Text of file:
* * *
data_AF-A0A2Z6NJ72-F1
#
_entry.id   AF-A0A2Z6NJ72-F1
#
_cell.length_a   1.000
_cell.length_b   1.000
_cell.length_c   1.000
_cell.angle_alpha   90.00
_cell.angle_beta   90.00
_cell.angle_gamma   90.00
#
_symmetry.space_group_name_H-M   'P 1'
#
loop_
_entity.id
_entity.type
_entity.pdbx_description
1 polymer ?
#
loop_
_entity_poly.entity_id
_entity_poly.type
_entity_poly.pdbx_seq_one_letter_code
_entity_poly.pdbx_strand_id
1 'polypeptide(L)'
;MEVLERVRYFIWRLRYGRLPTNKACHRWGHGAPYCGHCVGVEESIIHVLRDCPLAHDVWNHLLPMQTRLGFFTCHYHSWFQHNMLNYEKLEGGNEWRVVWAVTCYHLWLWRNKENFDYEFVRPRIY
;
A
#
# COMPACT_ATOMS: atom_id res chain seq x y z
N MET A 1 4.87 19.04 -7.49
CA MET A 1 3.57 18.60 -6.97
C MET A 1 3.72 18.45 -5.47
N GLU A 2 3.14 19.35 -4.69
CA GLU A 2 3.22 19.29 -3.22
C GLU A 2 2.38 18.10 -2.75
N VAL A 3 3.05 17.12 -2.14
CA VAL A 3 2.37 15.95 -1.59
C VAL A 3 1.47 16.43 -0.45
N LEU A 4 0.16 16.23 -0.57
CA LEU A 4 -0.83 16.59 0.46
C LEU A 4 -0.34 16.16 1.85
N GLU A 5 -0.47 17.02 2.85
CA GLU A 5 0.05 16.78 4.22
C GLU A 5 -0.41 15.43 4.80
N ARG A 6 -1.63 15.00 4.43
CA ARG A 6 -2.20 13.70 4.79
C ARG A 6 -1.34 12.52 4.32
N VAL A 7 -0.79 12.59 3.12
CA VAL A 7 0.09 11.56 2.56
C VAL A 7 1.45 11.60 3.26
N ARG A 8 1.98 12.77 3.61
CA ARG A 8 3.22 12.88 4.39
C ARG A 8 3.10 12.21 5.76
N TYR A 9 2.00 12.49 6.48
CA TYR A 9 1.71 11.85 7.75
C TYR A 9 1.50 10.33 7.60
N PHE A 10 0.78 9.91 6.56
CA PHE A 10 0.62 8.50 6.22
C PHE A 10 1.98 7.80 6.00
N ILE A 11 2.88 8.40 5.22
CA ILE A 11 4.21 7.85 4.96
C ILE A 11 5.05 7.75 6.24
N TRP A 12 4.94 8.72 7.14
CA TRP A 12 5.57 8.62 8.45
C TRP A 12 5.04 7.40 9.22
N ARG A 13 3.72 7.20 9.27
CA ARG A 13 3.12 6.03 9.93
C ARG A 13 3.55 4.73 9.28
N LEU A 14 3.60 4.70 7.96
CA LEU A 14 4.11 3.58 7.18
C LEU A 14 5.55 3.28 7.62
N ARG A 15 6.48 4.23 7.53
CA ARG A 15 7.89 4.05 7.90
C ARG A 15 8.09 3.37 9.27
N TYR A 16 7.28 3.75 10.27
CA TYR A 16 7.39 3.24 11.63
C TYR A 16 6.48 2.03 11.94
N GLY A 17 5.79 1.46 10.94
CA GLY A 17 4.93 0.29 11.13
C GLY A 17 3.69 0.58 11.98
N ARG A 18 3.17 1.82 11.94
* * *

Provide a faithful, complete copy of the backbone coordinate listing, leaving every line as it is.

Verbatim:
data_AF-A0A2Z6NJ72-F1
#
_entry.id   AF-A0A2Z6NJ72-F1
#
_cell.length_a   1.000
_cell.length_b   1.000
_cell.length_c   1.000
_cell.angle_alpha   90.00
_cell.angle_beta   90.00
_cell.angle_gamma   90.00
#
_symmetry.space_group_name_H-M   'P 1'
#
loop_
_entity.id
_entity.type
_entity.pdbx_description
1 polymer ?
#
loop_
_entity_poly.entity_id
_entity_poly.type
_entity_poly.pdbx_seq_one_letter_code
_entity_poly.pdbx_strand_id
1 'polypeptide(L)'
;MEVLERVRYFIWRLRYGRLPTNKACHRWGHGAPYCGHCVGVEESIIHVLRDCPLAHDVWNHLLPMQTRLGFFTCHYHSWFQHNMLNYEKLEGGNEWRVVWAVTCYHLWLWRNKENFDYEFVRPRIY
;
A
#
# COMPACT_ATOMS: atom_id res chain seq x y z
N MET A 1 4.87 19.04 -7.49
CA MET A 1 3.57 18.60 -6.97
C MET A 1 3.72 18.45 -5.47
N GLU A 2 3.14 19.35 -4.69
CA GLU A 2 3.22 19.29 -3.22
C GLU A 2 2.38 18.10 -2.75
N VAL A 3 3.05 17.12 -2.14
CA VAL A 3 2.37 15.95 -1.59
C VAL A 3 1.47 16.43 -0.45
N LEU A 4 0.16 16.23 -0.57
CA LEU A 4 -0.83 16.59 0.46
C LEU A 4 -0.34 16.16 1.85
N GLU A 5 -0.47 17.02 2.85
CA GLU A 5 0.05 16.78 4.22
C GLU A 5 -0.41 15.43 4.80
N ARG A 6 -1.63 15.00 4.43
CA ARG A 6 -2.20 13.70 4.79
C ARG A 6 -1.34 12.52 4.32
N VAL A 7 -0.79 12.59 3.12
CA VAL A 7 0.09 11.56 2.56
C VAL A 7 1.45 11.60 3.26
N ARG A 8 1.98 12.77 3.61
CA ARG A 8 3.22 12.88 4.39
C ARG A 8 3.10 12.21 5.76
N TYR A 9 2.00 12.49 6.48
CA TYR A 9 1.71 11.85 7.75
C TYR A 9 1.50 10.33 7.60
N PHE A 10 0.78 9.91 6.56
CA PHE A 10 0.62 8.50 6.22
C PHE A 10 1.98 7.80 6.00
N ILE A 11 2.88 8.40 5.22
CA ILE A 11 4.21 7.85 4.96
C ILE A 11 5.05 7.75 6.24
N TRP A 12 4.94 8.72 7.14
CA TRP A 12 5.57 8.62 8.45
C TRP A 12 5.04 7.40 9.22
N ARG A 13 3.72 7.20 9.27
CA ARG A 13 3.12 6.03 9.93
C ARG A 13 3.55 4.73 9.28
N LEU A 14 3.60 4.70 7.96
CA LEU A 14 4.11 3.58 7.18
C LEU A 14 5.55 3.28 7.62
N ARG A 15 6.48 4.23 7.53
CA ARG A 15 7.89 4.05 7.90
C ARG A 15 8.09 3.37 9.27
N TYR A 16 7.28 3.75 10.27
CA TYR A 16 7.39 3.24 11.63
C TYR A 16 6.48 2.03 11.94
N GLY A 17 5.79 1.46 10.94
CA GLY A 17 4.93 0.29 11.13
C GLY A 17 3.69 0.58 11.98
N ARG A 18 3.17 1.82 11.94